I wonder why this kind of code can get the size of the test array? I'm not familiar with the grammar in template. Maybe someone could explain the meaning of the code under template<typename,size_t>. Besides, a reference link is preferred too.

#define dimof(array) (sizeof(DimofSizeHelper(array)))
template <typename T, size_t N>

void InitDynCalls()
    char test[20];
    size_t n = dimof(test);
    printf("%d", n);


2 Answers 2


This is actually a really tough one to explain, but I'll give it a go...

Firstly, dimof tells you the dimension, or number of elements in an array. (I believe "dimension" is the preferred terminology in Windows programming environments).

This is necessary because C++ and C don't give you a native way to determine the size of an array.

Often people assume sizeof(myArray) will work, but that will actually give you the size in memory, rather than the number of elements. Each element probably takes more than 1 byte of memory!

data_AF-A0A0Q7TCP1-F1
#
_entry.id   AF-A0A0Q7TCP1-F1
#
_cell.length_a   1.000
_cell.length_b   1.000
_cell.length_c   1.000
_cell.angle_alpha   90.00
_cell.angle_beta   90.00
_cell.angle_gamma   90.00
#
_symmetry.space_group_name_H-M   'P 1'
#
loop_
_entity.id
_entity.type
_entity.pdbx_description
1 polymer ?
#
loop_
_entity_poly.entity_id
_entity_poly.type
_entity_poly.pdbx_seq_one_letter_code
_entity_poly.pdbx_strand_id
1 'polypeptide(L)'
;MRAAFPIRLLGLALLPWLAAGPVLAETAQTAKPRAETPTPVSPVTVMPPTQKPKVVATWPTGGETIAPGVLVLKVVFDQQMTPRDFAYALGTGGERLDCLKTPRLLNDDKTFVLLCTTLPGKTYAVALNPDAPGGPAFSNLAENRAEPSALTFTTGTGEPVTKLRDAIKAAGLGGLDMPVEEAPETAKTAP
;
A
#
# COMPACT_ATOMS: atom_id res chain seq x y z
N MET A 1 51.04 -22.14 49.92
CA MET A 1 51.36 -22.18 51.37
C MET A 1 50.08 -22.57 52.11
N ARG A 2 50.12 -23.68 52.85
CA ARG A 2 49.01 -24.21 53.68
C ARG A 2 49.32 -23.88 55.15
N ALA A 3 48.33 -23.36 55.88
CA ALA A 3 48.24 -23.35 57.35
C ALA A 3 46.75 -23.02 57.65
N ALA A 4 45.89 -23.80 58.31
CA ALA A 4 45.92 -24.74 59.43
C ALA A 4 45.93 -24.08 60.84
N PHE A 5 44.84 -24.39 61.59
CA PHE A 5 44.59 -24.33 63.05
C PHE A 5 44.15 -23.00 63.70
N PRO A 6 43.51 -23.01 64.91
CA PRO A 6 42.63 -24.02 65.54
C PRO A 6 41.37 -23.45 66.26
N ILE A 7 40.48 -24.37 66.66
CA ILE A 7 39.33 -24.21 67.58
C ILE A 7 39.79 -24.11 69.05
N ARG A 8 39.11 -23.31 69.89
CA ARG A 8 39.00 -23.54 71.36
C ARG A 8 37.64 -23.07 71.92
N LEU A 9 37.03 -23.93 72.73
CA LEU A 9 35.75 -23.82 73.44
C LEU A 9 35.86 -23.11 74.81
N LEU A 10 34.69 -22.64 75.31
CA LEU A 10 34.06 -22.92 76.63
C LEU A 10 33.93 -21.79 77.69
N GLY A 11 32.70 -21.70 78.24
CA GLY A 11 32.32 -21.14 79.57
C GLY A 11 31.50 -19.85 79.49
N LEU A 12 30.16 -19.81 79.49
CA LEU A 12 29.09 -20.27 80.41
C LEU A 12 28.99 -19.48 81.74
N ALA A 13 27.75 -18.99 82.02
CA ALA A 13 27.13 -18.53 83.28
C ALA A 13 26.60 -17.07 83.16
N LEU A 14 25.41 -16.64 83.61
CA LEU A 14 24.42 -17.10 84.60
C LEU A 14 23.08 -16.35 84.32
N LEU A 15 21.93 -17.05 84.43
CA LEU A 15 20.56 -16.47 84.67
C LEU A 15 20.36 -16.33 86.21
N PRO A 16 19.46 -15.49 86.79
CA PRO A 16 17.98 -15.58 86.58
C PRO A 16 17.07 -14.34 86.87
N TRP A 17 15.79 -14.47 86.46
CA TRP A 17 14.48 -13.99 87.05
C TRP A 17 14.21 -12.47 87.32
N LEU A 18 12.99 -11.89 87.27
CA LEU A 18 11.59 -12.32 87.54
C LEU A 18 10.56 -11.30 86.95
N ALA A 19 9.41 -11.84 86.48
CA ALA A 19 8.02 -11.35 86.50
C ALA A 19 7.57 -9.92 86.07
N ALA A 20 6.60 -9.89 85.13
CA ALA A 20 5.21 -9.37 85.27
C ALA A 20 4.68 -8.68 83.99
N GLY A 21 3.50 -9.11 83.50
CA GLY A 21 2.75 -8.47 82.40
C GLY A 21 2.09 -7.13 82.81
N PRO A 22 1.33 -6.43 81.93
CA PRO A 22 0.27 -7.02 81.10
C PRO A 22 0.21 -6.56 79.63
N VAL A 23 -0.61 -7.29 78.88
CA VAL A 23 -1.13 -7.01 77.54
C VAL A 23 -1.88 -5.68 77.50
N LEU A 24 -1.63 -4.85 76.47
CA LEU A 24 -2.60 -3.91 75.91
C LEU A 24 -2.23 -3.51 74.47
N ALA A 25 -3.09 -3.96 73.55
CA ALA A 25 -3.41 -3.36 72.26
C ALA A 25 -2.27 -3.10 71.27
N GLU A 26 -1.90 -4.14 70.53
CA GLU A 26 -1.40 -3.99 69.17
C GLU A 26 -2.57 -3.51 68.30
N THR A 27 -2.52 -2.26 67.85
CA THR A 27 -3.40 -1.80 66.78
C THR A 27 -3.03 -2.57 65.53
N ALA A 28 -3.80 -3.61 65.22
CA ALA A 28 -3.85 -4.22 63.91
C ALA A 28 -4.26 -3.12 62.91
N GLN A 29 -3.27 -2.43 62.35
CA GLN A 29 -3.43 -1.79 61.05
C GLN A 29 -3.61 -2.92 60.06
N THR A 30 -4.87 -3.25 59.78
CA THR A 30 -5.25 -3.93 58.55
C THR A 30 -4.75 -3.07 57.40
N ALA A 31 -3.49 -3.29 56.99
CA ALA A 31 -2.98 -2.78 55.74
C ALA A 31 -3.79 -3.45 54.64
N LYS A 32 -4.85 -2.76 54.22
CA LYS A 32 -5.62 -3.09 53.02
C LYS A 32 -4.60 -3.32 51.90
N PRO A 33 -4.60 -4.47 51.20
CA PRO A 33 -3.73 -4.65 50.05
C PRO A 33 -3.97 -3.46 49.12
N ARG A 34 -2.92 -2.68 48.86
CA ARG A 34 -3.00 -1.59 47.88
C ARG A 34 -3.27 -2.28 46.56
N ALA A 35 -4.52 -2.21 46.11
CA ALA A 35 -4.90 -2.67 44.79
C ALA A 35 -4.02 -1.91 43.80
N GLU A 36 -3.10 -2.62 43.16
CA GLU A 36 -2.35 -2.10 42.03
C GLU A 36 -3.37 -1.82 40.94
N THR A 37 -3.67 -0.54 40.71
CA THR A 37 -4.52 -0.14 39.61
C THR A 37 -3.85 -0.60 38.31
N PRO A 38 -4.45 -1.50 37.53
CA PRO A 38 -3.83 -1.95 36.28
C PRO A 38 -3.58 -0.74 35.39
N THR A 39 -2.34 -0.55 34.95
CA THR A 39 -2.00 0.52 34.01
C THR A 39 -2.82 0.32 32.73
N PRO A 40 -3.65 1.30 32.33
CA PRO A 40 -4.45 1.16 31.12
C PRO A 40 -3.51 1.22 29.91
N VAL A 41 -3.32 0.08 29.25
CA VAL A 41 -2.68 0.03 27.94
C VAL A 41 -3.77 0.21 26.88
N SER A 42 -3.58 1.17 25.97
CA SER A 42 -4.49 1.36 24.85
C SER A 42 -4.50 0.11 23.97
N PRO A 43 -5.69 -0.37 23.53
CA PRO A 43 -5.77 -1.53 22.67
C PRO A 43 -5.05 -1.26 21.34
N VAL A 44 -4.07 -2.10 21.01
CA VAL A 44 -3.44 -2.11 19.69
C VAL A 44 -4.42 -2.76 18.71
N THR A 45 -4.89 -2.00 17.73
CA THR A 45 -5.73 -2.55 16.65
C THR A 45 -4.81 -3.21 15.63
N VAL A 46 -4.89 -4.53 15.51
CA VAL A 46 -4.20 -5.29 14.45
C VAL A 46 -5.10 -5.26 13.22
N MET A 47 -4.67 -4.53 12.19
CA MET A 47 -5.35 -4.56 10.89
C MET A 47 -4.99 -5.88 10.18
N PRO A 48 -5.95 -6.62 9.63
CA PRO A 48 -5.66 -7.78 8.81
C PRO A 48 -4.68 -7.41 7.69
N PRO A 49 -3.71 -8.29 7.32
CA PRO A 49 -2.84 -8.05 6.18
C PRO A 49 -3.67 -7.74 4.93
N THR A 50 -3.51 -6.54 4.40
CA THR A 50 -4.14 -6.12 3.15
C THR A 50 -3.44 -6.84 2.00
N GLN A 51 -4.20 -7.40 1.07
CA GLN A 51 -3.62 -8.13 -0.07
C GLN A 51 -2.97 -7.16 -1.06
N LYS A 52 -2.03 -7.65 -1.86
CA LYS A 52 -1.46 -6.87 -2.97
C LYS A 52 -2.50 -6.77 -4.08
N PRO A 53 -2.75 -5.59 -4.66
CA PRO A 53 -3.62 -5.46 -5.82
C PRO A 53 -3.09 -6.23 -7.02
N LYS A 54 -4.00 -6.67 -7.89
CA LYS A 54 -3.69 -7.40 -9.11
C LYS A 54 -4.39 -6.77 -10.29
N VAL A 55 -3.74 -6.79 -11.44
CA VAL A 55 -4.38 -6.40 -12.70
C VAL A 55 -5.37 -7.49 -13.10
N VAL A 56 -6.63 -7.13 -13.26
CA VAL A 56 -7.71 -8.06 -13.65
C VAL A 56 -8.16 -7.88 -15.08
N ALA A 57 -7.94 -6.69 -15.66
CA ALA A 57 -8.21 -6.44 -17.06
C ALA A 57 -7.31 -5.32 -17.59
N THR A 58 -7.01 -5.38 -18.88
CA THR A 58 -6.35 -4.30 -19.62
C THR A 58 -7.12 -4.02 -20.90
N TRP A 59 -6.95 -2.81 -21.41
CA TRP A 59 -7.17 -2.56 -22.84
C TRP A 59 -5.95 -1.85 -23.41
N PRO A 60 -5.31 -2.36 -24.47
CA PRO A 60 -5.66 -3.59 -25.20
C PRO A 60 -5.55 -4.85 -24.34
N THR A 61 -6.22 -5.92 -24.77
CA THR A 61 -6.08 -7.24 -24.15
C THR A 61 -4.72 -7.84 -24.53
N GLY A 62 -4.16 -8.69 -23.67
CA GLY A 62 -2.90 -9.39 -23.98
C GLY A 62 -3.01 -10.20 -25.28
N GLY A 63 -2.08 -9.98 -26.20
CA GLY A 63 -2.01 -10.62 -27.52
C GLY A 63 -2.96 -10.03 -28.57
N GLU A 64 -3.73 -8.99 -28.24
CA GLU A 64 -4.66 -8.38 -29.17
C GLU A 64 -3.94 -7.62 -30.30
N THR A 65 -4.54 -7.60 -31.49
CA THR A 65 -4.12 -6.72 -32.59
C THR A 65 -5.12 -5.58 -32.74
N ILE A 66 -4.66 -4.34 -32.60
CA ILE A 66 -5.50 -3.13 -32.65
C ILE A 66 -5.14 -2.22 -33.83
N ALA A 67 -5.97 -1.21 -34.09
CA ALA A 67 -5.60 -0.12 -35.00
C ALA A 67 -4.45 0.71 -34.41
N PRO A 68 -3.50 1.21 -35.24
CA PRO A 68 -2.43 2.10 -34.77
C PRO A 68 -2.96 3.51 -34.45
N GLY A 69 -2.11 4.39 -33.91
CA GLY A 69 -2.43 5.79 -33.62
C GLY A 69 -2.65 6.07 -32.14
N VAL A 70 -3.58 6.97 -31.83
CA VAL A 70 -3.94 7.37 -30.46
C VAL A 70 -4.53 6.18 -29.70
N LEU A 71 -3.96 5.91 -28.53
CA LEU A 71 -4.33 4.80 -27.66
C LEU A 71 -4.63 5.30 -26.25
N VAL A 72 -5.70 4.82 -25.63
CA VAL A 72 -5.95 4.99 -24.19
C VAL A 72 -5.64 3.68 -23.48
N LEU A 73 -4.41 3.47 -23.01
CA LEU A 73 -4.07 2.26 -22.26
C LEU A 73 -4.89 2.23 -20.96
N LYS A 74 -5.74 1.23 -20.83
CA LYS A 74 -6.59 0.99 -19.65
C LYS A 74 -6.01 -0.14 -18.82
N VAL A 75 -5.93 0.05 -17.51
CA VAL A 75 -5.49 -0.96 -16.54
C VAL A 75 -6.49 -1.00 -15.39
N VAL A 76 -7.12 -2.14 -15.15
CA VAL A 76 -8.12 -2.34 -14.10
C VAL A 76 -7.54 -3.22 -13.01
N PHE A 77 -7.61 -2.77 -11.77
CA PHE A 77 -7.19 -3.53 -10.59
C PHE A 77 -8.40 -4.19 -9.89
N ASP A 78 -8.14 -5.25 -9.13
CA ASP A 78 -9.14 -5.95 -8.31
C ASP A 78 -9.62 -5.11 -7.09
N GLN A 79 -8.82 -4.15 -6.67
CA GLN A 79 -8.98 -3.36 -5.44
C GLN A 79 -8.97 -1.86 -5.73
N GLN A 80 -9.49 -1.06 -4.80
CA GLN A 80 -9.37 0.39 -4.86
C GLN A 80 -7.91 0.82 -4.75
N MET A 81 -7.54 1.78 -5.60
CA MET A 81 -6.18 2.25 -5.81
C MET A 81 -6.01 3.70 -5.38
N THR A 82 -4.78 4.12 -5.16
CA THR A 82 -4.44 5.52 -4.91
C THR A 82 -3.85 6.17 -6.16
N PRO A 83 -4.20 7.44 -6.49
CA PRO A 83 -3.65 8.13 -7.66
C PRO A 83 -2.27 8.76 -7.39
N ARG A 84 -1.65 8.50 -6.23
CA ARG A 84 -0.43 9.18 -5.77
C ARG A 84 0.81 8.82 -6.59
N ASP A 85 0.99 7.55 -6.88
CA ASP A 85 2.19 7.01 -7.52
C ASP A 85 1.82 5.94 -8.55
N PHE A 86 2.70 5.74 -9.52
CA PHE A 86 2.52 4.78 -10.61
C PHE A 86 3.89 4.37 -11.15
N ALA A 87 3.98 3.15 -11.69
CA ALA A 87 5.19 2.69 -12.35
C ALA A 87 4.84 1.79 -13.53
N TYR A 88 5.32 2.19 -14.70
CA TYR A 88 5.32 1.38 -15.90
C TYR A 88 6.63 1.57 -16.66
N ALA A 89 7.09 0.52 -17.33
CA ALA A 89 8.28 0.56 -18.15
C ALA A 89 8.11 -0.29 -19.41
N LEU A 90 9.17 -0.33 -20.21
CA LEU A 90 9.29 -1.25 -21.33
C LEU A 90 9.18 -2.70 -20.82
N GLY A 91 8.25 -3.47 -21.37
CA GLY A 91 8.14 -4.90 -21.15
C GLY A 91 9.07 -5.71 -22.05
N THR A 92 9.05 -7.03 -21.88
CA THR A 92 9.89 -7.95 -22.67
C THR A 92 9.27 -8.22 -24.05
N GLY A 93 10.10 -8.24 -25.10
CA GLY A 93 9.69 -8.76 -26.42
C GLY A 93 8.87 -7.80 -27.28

Next, they might try sizeof(myArray) / sizeof(myArray[0]). This would give the size in memory of the array, divided by the size of the first element. It's ok, and widely used in C code. The major problem with this is that it will appear to work if you pass a pointer instead of an array. The size of a pointer in memory will usually be 4 or 8 bytes, even though the thing it points to might be an array of 1000s of elements.

So the next thing to try in C++ is to use templates to force something that only works for arrays, and will give a compiler error on a pointer. It looks like this:

template <typename T, std::size_t N>
std::size_t ArraySize(T (&inputArray)[N])
    return N;
float x[7];
cout << ArraySize(x); // prints "7"

The template will only work with an array. It will deduce the type (not really needed, but has to be there to get the template to work) and the size of the array, then it returns the size. The way the template is written cannot possibly work with a pointer.

Usually you can stop here, and this is in the C++ Standard Libary as std::size.

Warning: below here it gets into hairy language-lawyer territory.

This is pretty cool, but still fails in an obscure edge case:

struct Placeholder {
    static float x[8];